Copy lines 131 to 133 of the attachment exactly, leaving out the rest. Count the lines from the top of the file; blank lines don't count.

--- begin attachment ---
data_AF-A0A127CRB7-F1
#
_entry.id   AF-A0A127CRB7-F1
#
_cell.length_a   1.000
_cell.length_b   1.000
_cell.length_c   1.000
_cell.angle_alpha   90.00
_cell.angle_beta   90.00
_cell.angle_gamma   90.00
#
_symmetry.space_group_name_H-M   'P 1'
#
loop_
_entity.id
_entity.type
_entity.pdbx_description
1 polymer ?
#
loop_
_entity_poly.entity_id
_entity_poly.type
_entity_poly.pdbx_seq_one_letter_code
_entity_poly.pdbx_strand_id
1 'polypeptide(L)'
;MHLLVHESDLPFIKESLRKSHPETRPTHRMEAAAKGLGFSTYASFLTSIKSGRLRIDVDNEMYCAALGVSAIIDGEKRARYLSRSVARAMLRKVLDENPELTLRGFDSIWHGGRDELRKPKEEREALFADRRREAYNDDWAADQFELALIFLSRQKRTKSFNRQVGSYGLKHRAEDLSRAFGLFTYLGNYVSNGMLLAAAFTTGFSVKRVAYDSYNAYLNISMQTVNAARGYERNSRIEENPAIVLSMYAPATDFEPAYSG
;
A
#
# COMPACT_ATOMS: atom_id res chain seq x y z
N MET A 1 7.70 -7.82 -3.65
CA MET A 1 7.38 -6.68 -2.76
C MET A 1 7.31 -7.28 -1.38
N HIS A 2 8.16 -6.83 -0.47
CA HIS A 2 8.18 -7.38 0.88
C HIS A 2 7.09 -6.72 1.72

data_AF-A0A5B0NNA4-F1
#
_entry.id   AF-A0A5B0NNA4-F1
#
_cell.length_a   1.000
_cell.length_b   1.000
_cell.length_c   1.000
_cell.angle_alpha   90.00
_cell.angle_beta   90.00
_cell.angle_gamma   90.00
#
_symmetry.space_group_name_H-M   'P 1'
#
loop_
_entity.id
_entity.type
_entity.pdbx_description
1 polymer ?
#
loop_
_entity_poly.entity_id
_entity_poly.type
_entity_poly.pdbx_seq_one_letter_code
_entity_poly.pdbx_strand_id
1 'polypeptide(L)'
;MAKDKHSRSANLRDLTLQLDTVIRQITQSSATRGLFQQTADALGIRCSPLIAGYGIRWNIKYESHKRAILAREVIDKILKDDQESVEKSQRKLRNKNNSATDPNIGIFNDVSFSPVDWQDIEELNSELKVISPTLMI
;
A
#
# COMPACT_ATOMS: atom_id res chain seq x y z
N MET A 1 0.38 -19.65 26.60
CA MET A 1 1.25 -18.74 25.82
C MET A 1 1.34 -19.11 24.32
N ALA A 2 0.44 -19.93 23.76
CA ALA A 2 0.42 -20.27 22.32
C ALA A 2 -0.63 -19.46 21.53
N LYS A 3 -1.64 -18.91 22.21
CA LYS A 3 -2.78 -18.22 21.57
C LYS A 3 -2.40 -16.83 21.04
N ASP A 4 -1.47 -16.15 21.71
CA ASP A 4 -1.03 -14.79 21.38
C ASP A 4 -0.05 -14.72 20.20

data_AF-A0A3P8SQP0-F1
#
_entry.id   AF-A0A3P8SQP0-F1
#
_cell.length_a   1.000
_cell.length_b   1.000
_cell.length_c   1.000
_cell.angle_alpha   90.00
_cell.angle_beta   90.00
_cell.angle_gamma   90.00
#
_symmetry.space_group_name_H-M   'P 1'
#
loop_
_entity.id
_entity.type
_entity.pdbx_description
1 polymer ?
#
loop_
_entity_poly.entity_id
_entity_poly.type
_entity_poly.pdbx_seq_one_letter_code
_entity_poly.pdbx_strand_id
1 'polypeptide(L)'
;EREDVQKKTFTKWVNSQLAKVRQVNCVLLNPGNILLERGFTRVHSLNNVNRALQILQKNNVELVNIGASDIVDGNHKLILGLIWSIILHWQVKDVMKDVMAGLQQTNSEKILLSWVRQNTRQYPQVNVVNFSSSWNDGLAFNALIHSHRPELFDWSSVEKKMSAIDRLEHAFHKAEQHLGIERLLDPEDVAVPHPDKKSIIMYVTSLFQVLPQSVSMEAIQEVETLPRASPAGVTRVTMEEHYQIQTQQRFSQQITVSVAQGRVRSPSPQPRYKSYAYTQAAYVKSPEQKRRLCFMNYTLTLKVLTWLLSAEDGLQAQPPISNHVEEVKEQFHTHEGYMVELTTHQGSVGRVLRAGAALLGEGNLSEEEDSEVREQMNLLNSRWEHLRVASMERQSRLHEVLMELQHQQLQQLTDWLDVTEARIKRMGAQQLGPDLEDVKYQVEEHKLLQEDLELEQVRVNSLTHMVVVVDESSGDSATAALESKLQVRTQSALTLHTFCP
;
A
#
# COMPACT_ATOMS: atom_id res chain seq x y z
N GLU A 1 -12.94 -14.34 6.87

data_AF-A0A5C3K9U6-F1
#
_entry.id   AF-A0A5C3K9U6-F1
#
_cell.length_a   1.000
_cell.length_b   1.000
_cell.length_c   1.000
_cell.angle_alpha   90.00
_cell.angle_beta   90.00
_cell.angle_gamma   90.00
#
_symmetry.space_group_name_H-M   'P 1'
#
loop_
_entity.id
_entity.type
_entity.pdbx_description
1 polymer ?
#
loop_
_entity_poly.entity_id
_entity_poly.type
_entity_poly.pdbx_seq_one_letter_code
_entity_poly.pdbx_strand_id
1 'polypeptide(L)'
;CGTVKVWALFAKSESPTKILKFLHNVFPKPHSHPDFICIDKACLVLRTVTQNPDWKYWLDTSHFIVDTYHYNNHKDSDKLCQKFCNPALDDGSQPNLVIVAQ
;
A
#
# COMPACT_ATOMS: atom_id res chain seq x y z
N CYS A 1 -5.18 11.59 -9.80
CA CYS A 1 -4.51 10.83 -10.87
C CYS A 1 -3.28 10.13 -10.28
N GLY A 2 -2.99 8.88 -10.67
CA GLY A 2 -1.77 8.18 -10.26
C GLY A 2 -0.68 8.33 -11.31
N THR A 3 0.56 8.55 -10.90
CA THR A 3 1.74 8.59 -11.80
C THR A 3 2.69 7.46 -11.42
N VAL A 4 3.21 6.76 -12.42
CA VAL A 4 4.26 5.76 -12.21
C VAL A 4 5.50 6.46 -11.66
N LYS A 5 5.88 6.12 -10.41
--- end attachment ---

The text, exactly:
_entity_poly.type
_entity_poly.pdbx_seq_one_letter_code
_entity_poly.pdbx_strand_id